Author: Fen Feng1, Xiao-Chao Luo2, Ya-Jie Chen1, Jia-Jia Li3, Hua Kang4, Bo-Hua Yan5
Affiliation: <sup>1</sup> Hospital of Chengdu University of Traditional Chinese Medicine, Chengdu, China. <sup>2</sup> Chinese Evidence-based Medicine Center and Cochrane China Center, West China Hospital, Sichuan University, Chengdu, China; NMPA Key Laboratory for Real World Data Research and Evaluation in Hainan, Chengdu, China; Sichuan Center of Technology Innovation for Real World Data, Chengdu, China. <sup>3</sup> Acupuncture and Tuina School, Chengdu University of Traditional Chinese Medicine, Chengdu, China. <sup>4</sup> Nursing School, Chengdu University of Traditional Chinese Medicine, Chengdu, China. <sup>5</sup> Hospital of Chengdu University of Traditional Chinese Medicine, Chengdu, China. Electronic address: firstname.lastname@example.org.
Conference/Journal: Complement Ther Clin Pract
Date published: 2023 Feb 20
Other: Volume ID: 51 , Pages: 101741 , Special Notes: doi: 10.1016/j.ctcp.2023.101741. , Word Count: 197
Background and purpose:
Physical rehabilitation plays an important role in the recovery of motor function after a stroke. This study aimed to evaluate the effects of Tai Chi Yunshou (TCY), a form of physical therapy, on upper-limb function and balance in stroke survivors.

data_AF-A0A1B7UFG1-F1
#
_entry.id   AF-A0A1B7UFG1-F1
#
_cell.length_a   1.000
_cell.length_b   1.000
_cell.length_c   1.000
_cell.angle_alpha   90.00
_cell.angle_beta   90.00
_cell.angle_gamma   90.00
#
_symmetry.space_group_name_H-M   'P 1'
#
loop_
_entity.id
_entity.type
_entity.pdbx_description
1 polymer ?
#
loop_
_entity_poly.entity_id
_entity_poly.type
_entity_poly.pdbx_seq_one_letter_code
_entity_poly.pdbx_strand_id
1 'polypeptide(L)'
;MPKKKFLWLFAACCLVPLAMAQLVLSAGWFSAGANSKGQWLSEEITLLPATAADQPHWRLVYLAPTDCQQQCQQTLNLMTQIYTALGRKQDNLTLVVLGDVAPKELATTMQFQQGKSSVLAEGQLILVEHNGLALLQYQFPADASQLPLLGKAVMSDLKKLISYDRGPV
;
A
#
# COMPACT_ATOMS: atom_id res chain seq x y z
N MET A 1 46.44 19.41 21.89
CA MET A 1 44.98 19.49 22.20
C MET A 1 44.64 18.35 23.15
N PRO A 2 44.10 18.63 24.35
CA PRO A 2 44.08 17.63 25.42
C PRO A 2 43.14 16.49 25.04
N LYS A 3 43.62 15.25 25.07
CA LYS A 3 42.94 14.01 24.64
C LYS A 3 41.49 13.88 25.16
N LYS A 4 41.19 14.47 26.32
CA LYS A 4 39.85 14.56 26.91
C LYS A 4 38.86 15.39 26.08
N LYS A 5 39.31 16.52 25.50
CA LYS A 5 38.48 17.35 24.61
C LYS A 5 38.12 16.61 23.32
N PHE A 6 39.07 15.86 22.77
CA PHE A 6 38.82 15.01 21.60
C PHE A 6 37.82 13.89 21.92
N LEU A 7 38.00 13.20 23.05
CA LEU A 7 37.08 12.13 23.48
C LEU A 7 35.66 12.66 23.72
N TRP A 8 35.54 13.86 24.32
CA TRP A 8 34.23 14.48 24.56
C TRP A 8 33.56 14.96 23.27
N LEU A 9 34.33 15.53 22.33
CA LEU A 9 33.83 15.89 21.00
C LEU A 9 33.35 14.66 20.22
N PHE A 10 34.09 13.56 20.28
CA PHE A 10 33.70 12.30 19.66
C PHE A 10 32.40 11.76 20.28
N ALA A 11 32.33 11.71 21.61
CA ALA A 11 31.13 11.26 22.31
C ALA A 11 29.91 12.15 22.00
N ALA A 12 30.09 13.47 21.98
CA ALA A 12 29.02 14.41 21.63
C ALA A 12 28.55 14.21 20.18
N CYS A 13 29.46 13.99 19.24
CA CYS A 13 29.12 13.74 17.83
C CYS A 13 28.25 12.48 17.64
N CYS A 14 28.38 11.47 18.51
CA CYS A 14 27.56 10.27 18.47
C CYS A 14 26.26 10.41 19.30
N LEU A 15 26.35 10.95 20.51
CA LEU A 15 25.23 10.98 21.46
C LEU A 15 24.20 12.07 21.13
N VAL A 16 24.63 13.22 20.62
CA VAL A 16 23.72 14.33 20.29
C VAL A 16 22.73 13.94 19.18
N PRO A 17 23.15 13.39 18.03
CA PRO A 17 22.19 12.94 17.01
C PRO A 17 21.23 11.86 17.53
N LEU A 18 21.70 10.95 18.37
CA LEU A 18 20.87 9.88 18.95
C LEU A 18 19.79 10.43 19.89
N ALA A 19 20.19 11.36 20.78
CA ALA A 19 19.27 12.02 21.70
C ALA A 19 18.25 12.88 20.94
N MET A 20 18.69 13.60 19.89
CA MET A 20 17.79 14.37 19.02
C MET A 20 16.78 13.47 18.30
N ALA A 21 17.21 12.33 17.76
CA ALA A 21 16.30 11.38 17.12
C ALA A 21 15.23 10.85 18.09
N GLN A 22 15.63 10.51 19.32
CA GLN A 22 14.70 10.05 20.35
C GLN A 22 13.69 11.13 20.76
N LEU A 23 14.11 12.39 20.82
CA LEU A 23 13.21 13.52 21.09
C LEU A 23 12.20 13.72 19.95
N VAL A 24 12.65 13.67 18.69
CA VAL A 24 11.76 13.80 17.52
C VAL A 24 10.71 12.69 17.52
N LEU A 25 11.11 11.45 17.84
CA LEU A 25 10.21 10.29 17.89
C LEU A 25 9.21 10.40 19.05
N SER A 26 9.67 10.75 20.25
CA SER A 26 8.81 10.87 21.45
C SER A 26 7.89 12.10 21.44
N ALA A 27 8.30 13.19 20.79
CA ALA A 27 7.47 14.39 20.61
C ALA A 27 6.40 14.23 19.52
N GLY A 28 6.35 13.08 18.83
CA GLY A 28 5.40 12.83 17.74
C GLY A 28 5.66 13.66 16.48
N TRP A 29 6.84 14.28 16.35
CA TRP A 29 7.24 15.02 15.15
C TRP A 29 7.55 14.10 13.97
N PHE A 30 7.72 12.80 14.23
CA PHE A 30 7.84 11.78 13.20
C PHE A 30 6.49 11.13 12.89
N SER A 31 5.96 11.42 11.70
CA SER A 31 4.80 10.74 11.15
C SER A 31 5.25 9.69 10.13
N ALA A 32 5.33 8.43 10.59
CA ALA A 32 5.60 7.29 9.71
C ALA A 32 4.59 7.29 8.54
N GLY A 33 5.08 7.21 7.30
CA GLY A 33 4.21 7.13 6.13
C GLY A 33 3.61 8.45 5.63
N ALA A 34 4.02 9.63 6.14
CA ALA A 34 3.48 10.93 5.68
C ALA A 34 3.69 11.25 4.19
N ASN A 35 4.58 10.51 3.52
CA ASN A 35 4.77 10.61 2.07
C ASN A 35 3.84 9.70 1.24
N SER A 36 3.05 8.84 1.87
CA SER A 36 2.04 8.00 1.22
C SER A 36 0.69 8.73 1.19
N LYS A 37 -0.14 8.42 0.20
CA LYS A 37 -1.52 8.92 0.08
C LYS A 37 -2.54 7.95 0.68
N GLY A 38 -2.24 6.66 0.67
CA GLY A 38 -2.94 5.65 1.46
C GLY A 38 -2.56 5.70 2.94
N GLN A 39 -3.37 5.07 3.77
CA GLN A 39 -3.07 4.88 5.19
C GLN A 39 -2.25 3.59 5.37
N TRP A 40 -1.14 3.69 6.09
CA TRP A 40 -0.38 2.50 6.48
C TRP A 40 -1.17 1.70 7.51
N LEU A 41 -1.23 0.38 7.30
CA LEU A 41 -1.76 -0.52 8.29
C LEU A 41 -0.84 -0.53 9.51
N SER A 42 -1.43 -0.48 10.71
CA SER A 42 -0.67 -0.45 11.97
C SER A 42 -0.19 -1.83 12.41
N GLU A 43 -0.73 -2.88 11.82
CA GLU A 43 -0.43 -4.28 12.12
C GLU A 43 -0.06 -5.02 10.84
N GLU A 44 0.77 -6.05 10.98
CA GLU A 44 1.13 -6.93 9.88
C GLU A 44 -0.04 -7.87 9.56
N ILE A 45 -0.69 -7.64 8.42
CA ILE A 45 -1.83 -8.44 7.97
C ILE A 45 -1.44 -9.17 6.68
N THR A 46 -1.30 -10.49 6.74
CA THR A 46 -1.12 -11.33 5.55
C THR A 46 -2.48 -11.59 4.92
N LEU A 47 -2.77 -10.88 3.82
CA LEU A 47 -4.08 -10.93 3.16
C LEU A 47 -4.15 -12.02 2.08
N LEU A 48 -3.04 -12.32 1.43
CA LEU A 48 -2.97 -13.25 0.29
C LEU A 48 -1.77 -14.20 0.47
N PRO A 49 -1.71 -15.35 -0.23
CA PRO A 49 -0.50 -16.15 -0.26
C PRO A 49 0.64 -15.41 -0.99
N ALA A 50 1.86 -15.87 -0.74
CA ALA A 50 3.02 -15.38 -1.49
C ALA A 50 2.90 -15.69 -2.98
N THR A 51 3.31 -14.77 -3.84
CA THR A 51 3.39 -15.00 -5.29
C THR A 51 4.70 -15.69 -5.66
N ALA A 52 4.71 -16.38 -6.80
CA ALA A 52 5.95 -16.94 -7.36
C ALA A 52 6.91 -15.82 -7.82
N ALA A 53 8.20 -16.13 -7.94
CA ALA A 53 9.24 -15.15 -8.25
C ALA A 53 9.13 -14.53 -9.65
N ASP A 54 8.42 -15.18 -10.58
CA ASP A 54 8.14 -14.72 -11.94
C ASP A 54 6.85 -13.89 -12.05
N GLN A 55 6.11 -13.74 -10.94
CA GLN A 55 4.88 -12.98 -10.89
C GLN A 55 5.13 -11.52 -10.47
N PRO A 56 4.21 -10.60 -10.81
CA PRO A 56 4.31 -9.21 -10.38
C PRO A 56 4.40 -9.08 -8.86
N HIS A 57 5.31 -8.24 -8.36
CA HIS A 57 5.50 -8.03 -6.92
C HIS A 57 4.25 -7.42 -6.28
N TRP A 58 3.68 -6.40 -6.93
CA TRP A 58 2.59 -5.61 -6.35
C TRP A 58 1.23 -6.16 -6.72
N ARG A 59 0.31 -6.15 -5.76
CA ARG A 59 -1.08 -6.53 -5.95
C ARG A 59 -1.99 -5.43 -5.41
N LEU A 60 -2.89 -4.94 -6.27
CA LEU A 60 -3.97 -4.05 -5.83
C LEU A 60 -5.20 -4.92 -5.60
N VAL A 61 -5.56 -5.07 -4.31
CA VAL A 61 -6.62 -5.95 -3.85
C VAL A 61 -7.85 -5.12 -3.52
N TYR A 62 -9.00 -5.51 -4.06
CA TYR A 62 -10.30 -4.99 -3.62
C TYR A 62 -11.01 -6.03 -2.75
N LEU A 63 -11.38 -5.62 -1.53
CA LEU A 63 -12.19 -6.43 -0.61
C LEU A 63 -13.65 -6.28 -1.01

MEDLINE, Embase, CENTRAL and five Chinese databases were retrieved from inception to July 1, 2020 (updated on March 31, 2022). Randomized controlled trials of TCY versus no-treatment for stroke were included. The RoB-2 was used to evaluate the quality of included studies. Upper-limb motor impairment, balance, and activities of daily living (ADLs) were measured by Fugl-Meyer Assessment Upper Extremity Scale (FMA-UE), Berg Balance Scale (BBS), and Barthel Index (BI), respectively. Data synthesis was performed using RevMan (v5.3), and expressed as mean difference (MD) with 95% confidence intervals (CI).
Seven studies with 529 participants were included. Compared with no-treatment, TCY improved FMA-UE (MD = 7.31, 95% CI: 5.86-8.77, minimal clinically important difference [MCID]: 9-10), BBS (MD = 4.68, 95% CI: 0.28-9.07, MCID: 4), and BI (MD = 4.12, 95% CI: 3.28-4.96, MCID: 1.85) in stroke survivors.
TCY may benefit balance and ADLs in rehabilitation after a stroke, but it may not improve upper-limb function clinically.
Keywords: Postural balance; Stroke; Systematic review; Tai Ji; Upper extremity.
PMID: 36868000 DOI: 10.1016/j.ctcp.2023.101741